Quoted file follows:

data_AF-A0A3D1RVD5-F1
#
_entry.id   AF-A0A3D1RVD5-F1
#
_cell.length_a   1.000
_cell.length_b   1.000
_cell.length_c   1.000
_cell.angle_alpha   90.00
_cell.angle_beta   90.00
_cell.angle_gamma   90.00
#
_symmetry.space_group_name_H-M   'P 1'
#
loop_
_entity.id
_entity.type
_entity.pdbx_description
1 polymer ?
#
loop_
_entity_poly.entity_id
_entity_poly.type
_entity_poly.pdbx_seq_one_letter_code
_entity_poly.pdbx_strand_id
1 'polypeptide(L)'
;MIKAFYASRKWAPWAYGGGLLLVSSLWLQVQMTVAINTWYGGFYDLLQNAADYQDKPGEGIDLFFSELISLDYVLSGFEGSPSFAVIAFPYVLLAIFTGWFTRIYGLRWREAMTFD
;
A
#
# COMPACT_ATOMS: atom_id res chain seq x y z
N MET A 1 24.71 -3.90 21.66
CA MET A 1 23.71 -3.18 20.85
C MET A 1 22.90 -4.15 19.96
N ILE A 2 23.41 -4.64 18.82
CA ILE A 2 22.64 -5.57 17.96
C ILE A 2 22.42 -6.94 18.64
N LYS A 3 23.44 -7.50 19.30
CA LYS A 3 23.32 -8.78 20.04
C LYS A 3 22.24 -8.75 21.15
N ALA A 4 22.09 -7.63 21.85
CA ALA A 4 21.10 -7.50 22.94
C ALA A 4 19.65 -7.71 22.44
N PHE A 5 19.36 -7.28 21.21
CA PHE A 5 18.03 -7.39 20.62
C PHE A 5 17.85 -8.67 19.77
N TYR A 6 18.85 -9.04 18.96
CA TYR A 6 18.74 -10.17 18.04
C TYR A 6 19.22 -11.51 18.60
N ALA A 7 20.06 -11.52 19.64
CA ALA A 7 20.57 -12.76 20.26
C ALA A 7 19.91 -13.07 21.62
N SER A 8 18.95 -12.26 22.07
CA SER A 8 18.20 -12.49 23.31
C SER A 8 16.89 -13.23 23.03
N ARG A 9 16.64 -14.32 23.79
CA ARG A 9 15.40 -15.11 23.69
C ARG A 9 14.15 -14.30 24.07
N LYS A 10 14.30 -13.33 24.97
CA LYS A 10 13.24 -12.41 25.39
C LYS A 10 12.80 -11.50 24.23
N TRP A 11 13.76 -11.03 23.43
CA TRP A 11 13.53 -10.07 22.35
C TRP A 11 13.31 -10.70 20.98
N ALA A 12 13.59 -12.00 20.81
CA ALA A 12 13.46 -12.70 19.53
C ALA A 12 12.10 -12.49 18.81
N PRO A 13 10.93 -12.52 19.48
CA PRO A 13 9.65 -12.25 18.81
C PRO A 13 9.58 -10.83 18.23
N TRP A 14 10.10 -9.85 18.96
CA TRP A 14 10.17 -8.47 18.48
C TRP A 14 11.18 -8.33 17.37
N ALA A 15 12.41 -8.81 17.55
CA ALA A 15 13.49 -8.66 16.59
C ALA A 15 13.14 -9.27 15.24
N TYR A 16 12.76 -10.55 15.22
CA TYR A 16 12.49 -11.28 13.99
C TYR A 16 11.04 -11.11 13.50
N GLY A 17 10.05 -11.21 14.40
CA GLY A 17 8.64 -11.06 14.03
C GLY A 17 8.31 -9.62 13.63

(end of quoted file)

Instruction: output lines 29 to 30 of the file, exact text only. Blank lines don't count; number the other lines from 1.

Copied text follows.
#
# COMPACT_ATOMS: atom_id res chain seq x y z